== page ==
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Fällkniven H1 Hunting Knife

Nov 25, 1999
<center><font size=4>Fällkniven H1 Hunting Knife.</font></center>
<center><small>Patr 1 of 2</small></center>

<a href="http://albums.photopoint.com/j/View?u=222944&a=1651092&p=36596736&Sequence=0&res=high" target="_blank"><IMG align=right SRC="http://albums.photopoint.com/j/View?u=222944&a=1651092&p=36596737&Sequence=0&res=high" border="2"></a>Not too many European knife manufacturing companies today can compete with brand named American counterparts in knife quality and modern material use. Sometimes reviewing excellently made knives from the other side of Great Water I feel something like hurt Old World's patriotism.
Maybe this is one of the reasons why I like to review European made knives, especially if I honestly can say a good deal of good things about them.

Swedish Fällkniven knife company make knives realizing classic, time proven knife manufacturing ideas in modern high technology materials. Being familiar with all their actually manufactured models I can say with complete conviction - their knives look modestly but they work greatly! Thus no wonder that these knives are quite popular among serious knife users on the both sides of Ocean.

<a href="http://albums.photopoint.com/j/View?u=222944&a=1651092&p=36596739&Sequence=0&res=high" target="_blank"><IMG align=right SRC="http://albums.photopoint.com/j/View?u=222944&a=1651092&p=36596740&Sequence=0&res=high" border="2"></a>New H1 Hunting Knife is not exception. The classic Scandinavian hunting blade is realized in modern high-end cutlery steel. When I got it into my hand first time my first impression was: "What a massive knife!" After I knew it somewhat better this impression has changed - I could say rather "What a sturdy knife!" Please wait a moment, I'll explain why.
Here (right) it is shown in company of F1 and S1 knives. Please note that it have the same overall length as F1 but noticeably another ratio between blade and handle.
<a href="http://albums.photopoint.com/j/View?u=222944&a=1651092&p=36596741&Sequence=0&res=high" target="_blank"><IMG align=left SRC="http://albums.photopoint.com/j/View?u=222944&a=1651092&p=36596744&Sequence=0&res=high" border="2"></a>On the other hand the blade has thickness the same as S1 Forest Knife, full 5 millimeters. Discussing this matter with Peter Hjortberger (Fällkniven) I asked him why he didn't make the blade thinner, 3 - 3,5 mm would be quite enough in my opinion to do all what hunting knife is designed to do. Sure, with thinner blade the knife would be worse prybar but better cutter. Yes, Peter answered, I know that knife is not prybar but what can I do if a lot of people really use their knives in this role? I had to agree that it is a lot of quite imaginable situations when man simply have to pry with knife. I also was forced to do it sometimes and the single knife, which I broke in my life - yes, I did it when prying. No, I'm not a stupid and I know that knife is the most expensive and the less efficient prybar to have. This is only a matter how important thing are you doing prying with knife (for example saving your or someone's else life). Naturally in such situation it is far better to have a knife you do know you are not able to break even if you want to do it.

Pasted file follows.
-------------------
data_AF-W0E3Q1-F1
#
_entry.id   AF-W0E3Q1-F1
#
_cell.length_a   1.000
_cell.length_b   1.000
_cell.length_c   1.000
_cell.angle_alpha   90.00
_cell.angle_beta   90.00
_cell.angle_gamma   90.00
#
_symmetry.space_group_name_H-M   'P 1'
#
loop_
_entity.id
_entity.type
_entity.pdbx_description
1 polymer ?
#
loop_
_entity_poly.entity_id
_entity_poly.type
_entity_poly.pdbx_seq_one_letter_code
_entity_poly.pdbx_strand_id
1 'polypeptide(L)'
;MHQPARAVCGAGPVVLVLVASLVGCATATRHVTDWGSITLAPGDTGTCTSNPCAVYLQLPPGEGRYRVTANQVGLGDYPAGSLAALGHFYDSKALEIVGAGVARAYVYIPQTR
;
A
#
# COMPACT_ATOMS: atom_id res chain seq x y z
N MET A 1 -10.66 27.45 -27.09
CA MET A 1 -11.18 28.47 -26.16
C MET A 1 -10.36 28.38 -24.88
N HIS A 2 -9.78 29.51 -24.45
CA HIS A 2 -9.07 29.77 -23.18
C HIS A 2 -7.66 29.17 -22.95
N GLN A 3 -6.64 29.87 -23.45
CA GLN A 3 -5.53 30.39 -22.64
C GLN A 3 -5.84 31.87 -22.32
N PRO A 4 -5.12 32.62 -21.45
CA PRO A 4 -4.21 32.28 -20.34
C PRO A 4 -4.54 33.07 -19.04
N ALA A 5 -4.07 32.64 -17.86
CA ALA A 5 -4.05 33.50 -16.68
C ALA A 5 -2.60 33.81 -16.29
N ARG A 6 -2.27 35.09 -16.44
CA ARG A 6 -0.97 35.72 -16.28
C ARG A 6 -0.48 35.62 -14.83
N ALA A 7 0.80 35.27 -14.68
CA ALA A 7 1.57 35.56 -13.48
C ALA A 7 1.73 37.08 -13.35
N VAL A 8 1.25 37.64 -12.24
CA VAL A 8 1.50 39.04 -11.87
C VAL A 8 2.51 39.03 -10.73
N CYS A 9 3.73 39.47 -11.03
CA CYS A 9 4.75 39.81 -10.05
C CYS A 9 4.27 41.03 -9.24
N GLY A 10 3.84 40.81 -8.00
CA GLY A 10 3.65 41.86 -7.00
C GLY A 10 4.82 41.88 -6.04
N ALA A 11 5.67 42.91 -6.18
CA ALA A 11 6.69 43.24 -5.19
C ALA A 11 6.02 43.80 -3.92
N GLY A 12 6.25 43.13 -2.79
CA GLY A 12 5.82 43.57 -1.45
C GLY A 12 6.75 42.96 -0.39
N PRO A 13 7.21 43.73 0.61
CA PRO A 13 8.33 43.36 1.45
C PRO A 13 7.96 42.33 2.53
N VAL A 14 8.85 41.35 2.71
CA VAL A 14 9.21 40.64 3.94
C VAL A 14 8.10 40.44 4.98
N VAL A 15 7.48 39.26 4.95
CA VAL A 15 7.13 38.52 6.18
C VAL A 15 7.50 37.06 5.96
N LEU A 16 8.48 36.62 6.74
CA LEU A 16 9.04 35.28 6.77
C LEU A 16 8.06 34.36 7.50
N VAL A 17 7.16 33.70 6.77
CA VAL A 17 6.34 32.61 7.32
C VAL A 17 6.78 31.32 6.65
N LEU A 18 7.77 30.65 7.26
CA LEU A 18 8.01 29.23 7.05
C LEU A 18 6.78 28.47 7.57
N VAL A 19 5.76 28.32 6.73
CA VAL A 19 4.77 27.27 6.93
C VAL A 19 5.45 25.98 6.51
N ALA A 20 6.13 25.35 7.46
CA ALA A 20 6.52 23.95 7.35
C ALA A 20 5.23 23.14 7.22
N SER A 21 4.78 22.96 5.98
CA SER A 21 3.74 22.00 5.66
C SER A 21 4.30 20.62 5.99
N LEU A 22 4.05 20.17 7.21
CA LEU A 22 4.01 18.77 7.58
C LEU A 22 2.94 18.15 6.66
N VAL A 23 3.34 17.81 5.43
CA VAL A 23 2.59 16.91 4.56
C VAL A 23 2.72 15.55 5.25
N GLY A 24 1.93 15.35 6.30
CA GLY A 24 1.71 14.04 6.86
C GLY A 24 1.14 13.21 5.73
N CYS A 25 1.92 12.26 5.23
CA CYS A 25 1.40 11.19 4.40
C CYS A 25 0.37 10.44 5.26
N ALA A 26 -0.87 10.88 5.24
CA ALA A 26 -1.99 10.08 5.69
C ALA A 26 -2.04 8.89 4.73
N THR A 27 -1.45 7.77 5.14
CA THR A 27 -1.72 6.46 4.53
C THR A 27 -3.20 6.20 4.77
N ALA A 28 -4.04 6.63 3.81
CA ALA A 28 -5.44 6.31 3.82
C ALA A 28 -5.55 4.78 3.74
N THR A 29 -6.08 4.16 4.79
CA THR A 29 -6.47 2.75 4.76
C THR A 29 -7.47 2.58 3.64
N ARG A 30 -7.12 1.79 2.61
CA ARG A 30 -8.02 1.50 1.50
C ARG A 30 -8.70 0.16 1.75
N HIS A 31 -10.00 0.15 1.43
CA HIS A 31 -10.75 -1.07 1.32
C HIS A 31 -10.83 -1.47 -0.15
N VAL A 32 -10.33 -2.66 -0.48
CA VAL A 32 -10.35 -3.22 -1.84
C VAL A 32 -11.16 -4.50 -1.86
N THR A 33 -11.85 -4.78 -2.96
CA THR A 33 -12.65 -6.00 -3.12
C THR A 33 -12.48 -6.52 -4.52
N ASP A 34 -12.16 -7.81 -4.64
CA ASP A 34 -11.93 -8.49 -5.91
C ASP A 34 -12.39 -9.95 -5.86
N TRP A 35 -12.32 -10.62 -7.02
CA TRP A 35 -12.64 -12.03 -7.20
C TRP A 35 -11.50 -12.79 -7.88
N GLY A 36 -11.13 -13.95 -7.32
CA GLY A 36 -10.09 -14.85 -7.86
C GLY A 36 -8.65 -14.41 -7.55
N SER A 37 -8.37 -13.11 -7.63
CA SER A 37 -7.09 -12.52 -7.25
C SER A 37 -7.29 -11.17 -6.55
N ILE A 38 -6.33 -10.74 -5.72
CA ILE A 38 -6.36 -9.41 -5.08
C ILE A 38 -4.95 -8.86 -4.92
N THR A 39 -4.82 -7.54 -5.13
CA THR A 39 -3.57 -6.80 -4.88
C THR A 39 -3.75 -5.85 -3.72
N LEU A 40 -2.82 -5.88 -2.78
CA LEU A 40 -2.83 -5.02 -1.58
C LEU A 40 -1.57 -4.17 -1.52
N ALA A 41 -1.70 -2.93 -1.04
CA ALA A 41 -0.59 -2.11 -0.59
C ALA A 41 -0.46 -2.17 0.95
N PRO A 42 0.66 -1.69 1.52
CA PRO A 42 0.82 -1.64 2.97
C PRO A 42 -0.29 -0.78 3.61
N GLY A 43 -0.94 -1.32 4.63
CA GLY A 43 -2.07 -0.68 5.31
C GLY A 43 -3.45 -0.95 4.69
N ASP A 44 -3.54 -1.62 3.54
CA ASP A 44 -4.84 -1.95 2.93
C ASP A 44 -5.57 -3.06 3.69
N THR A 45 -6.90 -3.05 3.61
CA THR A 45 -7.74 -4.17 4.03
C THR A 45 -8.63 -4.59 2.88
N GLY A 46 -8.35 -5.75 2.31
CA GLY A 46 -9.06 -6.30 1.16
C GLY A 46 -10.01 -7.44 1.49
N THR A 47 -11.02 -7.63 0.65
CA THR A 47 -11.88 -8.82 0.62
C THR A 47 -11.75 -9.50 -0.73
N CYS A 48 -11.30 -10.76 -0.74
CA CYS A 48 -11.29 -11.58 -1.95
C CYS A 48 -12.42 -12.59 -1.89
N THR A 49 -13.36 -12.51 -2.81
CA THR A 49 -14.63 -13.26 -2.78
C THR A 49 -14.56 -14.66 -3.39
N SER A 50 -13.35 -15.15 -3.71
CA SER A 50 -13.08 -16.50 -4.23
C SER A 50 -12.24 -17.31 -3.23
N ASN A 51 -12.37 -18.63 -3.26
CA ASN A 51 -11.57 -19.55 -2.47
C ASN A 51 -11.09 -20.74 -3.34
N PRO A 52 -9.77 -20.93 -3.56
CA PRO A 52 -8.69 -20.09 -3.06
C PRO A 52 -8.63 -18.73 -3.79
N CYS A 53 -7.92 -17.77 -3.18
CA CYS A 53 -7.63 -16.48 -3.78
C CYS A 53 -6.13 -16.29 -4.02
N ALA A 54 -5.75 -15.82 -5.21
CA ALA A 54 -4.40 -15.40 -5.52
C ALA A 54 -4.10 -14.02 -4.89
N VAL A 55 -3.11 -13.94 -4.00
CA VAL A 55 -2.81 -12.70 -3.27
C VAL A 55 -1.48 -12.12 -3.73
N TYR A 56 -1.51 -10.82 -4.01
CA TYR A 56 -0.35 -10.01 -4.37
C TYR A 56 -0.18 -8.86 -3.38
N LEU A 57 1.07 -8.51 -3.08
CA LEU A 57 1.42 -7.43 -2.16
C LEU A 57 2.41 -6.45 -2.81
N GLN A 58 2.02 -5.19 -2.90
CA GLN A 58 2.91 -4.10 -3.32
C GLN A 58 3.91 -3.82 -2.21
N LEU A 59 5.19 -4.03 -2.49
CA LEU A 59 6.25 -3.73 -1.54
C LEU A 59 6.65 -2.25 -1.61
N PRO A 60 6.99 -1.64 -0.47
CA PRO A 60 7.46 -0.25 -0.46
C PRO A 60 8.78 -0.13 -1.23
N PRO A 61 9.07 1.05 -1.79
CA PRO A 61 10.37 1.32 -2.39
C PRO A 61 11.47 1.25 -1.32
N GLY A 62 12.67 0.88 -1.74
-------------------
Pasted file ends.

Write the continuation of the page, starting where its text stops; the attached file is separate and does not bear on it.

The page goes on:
<a href="http://albums.photopoint.com/j/View?u=222944&a=1651092&p=36596751&Sequence=0&res=high" target="_blank"><IMG align=right SRC="http://albums.photopoint.com/j/View?u=222944&a=1651092&p=36596752&Sequence=0&res=high" border="2"></a>Like all Fällkniven knives H1 has full tang construction, which also contributes to knife amazing strength. The blade tang is exposed on handle's butt and can be used as field hammer if required. Please note the oval shape of the handle, unlike another their models, let's return to this mater a while later.
Like all Fällkniven models H1 comes with convex ground edge which provides very good balance between edge strength and sharpness. Formerly I was convinced that the convex edge is suitable only for blades no smaller that S1 Forest Knife. We discussed this matter with Peter numerous times and he couldn't convince me about convex edge usefulness on small blades like WM1. As result I resharpened my WM1 to conventional edge with back bevel. Life did what Peter couldn't to do. Being more and more partial to convex edges I have added more and more back bevels to my WM1 edge and now it is true convex edge again, maybe a small bit thinner than out of the factory box.